September 17, 2012
Cape Ann, Massachusetts
Cape Cod is the bared and bended arm of
the sandy fist at Provincetown,
— behind which the State stands on her guard,
with her back to the Green Mountains,
and her feet planted on the floor of the ocean,
like an athlete protecting her Bay,
— boxing with northeast storms …
— ready to thrust forward her other fist,
which keeps guard the while upon her breast at Cape Ann.
HDT, Cape Cod
John Smith's map of 1614
It’s that time once again, for my annual vacation
by the Sea!
This year we are spending five glorious days in Rockport,
Massachusetts, to stay in lodging which sits directly on the beach. It's at the easternmost tip of Cape Ann, known as "The Other Cape."
In one hot July day in his Journal, Thoreau wrote
disparagingly of his neighbors who felt the need to “go to the beach.”
is at his crabbiest, as he sweats it out back in Concord :
that Mr. and Mrs. Such-a-one
HDT Journal, July 11,
are "going to the beach" for six weeks.
What a failure and defeat this suggests their lives to be !
Here they live, perchance, the rest of the year,
trying to do as they would be done
by and to exercise charity of all kinds, and now at last …
succumb and slope to the beach for six weeks. …
At length their season of activity is arrived,
and they go to the beach, they energetically keep cool.
They bathe daily and are blown on by the sea-breeze.
This keeps their courage up for the labors of the year.
Full of sour grapes, I would say !
Well, one might consider that when he wrote the above, it was just a few months since his
father had died. Henry was busy running the family business, surrounded by the
grey of graphite dust in the summer heat.
No six-week vacations for him.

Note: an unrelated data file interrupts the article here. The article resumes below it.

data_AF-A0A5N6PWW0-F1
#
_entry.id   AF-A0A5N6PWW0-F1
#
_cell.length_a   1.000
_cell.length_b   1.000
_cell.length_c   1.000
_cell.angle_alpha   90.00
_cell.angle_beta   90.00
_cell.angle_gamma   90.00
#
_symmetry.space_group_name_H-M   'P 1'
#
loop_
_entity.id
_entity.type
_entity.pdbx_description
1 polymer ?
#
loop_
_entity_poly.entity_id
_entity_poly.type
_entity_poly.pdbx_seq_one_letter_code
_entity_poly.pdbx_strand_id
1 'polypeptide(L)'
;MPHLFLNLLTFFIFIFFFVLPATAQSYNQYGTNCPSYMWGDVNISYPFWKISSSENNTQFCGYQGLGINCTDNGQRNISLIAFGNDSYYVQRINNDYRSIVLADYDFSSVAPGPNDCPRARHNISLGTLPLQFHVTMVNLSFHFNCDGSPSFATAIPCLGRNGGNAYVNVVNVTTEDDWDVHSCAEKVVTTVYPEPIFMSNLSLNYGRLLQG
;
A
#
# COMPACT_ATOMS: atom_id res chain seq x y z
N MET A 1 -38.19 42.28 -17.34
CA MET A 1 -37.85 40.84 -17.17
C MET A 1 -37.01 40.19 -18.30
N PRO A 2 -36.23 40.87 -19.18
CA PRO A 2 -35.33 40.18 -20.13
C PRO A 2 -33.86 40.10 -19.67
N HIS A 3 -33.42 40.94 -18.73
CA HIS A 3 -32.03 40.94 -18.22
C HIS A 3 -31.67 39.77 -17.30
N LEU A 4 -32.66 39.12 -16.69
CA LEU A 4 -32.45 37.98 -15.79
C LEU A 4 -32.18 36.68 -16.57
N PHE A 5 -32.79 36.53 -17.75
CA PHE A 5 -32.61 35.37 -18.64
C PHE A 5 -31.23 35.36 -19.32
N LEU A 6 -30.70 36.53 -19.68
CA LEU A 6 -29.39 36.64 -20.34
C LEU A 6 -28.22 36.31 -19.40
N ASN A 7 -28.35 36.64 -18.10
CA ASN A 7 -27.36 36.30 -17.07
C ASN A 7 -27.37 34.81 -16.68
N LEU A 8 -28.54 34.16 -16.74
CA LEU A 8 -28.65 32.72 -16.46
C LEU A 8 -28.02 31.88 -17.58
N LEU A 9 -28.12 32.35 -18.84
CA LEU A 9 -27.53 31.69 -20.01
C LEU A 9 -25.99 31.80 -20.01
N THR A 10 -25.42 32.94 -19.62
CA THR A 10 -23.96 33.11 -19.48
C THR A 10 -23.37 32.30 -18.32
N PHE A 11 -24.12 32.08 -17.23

And since I work full-time surrounded by the grey of an office cubicle, going
to the beach -- if only for a few days -- sounds wonderful.
It’s been plenty
hot, and dry too, in our neck of the woods this summer.
So it was with pleasant anticipation that we stopped in the
Green Mountains of Vermont, and met with Rick, who would accompany us on this
trip. While Mom and I would be staying in a cozy hotel room, he preferred to
set up his tent at the Cape Ann Camp Site (Thanks to blogging friend TrashPaddler
for the recommendation!)
We arrived by noontime, after taking a route through New
Hampshire that avoids major highways as much as possible.
It is still summery green over there, except for a few swamp maples.
Mom and I unpacked a lunch, while Rick efficiently set up his little base-camp.
This late in the season, the campers were outnumbered by the local inhabitants.
The campground is within a mile of Wingaersheek Beach, a place I had never been
At this time of year, there was no one at the beach gate to take an admission fee. The
tide was high, the sun was out – how could we resist?
O the beach !
This beach is somewhat different from Crane Beach, which continues on to
the northwestward on the other side of Essex Bay. Crane Beach is four miles of
beautiful, flat white-sand beach stretching on and on.
Wingaersheek, on the other hand, is full of tidepools and
sandbars and rocks to clamber on.
To the east, there’s the Annisquam river channel.
Mom, happy in a sandchair, is watching kids and dogs play in
the gentle surf.
Shoes are hastily ditched and jeans rolled up.
Rick and I
wander about, a-marvelling at the scenery.
What a beautiful day to “get blown on by the sea-breeze!”
And on this breeze, away off on the horizon, appears a white
The Ardelle! The mystery schooner that I saw come gliding
out of a fog bank in Gloucester Harbor last year -- like a phantom then, but very real today.
She comes toward us, passing Annisquam Light
And thence into the river channel, where she heads through
the Cut, taking the river route to her port home in Gloucester, on the other side of the Other Cape.
Not until a week later, back at home, did I read my friend
TrashPaddler’s blog (here’s a link), only to learn that he had been at Cape Ann
on that very same day, paddling in the river and past Wingaersheek Beach, and
spending one evening at the campground!
“Like ships passing in the night” I thought, in an appropriately nautical cliché
… only it was a schooner that passed, and we each saw it from different sides
of the channel.